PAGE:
From the press release: "The Consortium for School Networking (CoSN) today released its Acceptable Use Polices in a Web 2.0 & Mobile Era: A Guide for School Districts, which is aimed at assisting district leaders develop, rethink or revise Internet policies to address the growing use of mobile devices and Web 2.0." Here's a direct link to the guidet, which has links to a number of pretty good examples in section 7, near the end of the document.

[Link] [Comment] [Tweet]

files/images/172698_10150399031655084_761175083_17420044_594452_o.jpg, size: 82268 bytes, type:  image/jpeg
Why America's teachers are enraged
Diane Ravitch, CNN, February 21, 2011.

I think I can offer an explanation in a few sentence, rather than the full article Diane Ravitch offered: teachers in the U.S. wonder why the brunt of the cost of rescuing the banks and financial sector must be borne on the backs of the public service, rather than those who bilked the system out of billions in the first place. Meanwhile, there is this supposition that the unions are the cause of low test scores and poorly performing schools, but the data does not bear this out. Quite the opposite; it is the non-union schools that occupy the bottom of the effectiveness ladder. According to this report, the five states that have "right-to-word" legislation (ie., anti-union legislation) occupy the following positions: South Carolina – 49th, North Carolina – 38th, Georgia – 48th, Texas – 45th, Virginia – 34th. "Actually," Ravitch argues, "the states with the highest performance on national tests are Massachusetts, Connecticut, New Jersey, Vermont, and New Hampshire, where teachers belong to unions that bargain collectively for their members."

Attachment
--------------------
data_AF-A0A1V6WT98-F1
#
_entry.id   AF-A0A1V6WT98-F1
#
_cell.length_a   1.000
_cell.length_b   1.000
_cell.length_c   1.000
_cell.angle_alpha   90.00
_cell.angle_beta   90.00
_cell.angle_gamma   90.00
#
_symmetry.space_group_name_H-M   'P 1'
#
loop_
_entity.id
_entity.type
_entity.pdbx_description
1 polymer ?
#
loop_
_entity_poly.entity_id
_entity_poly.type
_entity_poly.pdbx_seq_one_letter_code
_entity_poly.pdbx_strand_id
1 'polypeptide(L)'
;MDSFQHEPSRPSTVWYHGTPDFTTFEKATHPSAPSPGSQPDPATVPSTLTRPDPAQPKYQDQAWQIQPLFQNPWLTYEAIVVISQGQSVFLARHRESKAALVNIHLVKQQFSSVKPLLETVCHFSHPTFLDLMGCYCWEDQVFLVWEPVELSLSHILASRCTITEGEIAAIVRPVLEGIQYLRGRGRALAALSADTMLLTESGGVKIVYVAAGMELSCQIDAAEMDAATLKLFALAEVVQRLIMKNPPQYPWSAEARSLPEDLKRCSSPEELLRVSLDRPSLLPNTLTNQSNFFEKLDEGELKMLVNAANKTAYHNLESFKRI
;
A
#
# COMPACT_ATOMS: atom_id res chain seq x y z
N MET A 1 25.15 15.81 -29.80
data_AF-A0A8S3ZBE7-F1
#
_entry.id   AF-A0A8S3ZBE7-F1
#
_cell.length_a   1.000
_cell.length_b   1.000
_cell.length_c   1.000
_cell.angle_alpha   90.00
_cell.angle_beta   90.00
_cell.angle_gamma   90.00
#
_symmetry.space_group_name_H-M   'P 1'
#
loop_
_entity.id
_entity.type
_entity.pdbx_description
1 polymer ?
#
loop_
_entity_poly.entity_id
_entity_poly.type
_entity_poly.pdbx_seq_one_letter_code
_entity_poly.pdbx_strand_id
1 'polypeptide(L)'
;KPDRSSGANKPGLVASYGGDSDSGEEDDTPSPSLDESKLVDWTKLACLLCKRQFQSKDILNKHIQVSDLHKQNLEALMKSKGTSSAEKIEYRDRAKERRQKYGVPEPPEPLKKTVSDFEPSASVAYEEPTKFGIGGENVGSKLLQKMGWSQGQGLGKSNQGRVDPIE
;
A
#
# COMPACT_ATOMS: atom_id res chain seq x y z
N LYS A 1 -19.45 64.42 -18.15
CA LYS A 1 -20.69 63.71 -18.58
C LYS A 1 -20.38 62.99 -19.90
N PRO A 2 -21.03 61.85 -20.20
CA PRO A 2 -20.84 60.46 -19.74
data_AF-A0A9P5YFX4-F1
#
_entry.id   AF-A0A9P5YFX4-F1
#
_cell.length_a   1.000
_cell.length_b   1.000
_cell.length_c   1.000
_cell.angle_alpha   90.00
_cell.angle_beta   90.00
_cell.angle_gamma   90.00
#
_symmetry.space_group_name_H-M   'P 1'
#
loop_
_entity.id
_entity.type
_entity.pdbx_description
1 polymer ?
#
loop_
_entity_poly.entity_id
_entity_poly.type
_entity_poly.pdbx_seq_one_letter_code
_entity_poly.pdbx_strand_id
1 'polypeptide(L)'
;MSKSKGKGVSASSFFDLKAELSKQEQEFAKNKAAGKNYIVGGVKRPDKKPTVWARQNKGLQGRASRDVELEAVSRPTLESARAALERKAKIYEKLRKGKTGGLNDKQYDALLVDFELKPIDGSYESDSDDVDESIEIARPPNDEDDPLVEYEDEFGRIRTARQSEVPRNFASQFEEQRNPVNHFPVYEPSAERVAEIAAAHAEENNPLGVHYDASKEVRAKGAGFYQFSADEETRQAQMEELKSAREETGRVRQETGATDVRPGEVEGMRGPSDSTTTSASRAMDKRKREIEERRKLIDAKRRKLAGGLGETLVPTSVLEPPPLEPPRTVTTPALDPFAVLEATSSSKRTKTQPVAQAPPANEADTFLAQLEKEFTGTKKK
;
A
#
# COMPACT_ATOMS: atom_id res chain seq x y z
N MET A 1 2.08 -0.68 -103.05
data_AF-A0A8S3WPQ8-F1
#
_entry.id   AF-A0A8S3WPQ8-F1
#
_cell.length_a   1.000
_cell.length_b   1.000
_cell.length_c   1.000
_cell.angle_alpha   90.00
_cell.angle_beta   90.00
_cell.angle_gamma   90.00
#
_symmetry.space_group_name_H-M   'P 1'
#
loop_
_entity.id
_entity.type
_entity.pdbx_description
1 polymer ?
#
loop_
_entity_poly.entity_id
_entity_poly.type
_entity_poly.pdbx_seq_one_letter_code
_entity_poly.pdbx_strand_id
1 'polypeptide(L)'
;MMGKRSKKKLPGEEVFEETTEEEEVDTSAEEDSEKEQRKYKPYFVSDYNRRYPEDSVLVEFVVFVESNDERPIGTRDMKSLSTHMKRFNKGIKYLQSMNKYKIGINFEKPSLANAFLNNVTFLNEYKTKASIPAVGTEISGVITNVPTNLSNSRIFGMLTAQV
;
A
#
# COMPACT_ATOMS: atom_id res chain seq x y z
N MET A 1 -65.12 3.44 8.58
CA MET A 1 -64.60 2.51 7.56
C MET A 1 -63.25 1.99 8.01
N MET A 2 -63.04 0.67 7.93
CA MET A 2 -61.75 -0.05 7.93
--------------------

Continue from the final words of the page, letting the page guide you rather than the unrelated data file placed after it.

[Link] [Comment] [Tweet]

Learning Networks In Practice
Stephen Downes, Emerging Technologies for Learning, Volume 2, February 21, 2011.

With the closure of BECTA the link to one of my papers published by BECTA has expired. Rather than following the corporate URL merry-go-round, I'll just place the version of record for the paper on my own website, available here. A copy also remains in the National Archives, and NRC has its own version.

[Link] [Comment] [Tweet]

OER for Assessment and Credit for Students
Various Authors, Wikieducator, February 20, 2011.

I'm liking this; if successful, such an initiative could redefine higher education: "Through our community service mission we will open pathways for OER learners to earn formal academic credit and pay reduced fees for assessment and credit. In this way the OER movement can contribute to addressing the global demand for higher education where traditional delivery models are unable to respond to the need for post-secondary education." Such an approach becomes even more powerful if combined with an open learning system such as is being pioneered with our Connectivism courses. #OERU

[Link] [Comment] [Tweet]

This newsletter is sent only at the request of subscribers. If you would like to unsubscribe, Click here.

Know a friend who might enjoy this newsletter? Feel free to forward OLDaily to your colleagues. If you received this issue from a friend and would like a free subscription of your own, you can join our mailing list. Click here to subscribe.

Copyright 2010 Stephen Downes Contact: stephen@downes.ca

This work is licensed under a Creative Commons License.